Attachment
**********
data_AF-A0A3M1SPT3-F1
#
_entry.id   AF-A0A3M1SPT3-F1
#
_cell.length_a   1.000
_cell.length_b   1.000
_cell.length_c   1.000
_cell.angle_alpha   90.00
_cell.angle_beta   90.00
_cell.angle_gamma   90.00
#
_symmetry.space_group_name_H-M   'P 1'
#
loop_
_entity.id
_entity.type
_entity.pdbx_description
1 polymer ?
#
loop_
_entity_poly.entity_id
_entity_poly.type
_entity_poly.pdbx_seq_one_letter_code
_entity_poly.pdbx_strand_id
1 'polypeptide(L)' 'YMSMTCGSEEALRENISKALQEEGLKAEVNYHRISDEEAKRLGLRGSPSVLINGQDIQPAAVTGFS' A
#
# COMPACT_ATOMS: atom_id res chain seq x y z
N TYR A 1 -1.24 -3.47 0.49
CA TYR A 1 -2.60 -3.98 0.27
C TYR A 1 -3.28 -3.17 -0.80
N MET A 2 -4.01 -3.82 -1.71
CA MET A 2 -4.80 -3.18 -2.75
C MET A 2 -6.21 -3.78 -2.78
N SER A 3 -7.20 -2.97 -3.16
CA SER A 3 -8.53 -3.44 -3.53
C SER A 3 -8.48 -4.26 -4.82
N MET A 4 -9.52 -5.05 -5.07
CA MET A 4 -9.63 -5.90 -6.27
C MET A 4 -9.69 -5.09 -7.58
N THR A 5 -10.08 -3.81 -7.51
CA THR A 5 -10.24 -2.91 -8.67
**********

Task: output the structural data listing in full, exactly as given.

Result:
data_AF-A0A3M1SPT3-F1
#
_entry.id   AF-A0A3M1SPT3-F1
#
_cell.length_a   1.000
_cell.length_b   1.000
_cell.length_c   1.000
_cell.angle_alpha   90.00
_cell.angle_beta   90.00
_cell.angle_gamma   90.00
#
_symmetry.space_group_name_H-M   'P 1'
#
loop_
_entity.id
_entity.type
_entity.pdbx_description
1 polymer ?
#
loop_
_entity_poly.entity_id
_entity_poly.type
_entity_poly.pdbx_seq_one_letter_code
_entity_poly.pdbx_strand_id
1 'polypeptide(L)' 'YMSMTCGSEEALRENISKALQEEGLKAEVNYHRISDEEAKRLGLRGSPSVLINGQDIQPAAVTGFS' A
#
# COMPACT_ATOMS: atom_id res chain seq x y z
N TYR A 1 -1.24 -3.47 0.49
CA TYR A 1 -2.60 -3.98 0.27
C TYR A 1 -3.28 -3.17 -0.80
N MET A 2 -4.01 -3.82 -1.71
CA MET A 2 -4.80 -3.18 -2.75
C MET A 2 -6.21 -3.78 -2.78
N SER A 3 -7.20 -2.97 -3.16
CA SER A 3 -8.53 -3.44 -3.53
C SER A 3 -8.48 -4.26 -4.82
N MET A 4 -9.52 -5.05 -5.07
CA MET A 4 -9.63 -5.90 -6.27
C MET A 4 -9.69 -5.09 -7.58
N THR A 5 -10.08 -3.81 -7.51
CA THR A 5 -10.24 -2.91 -8.67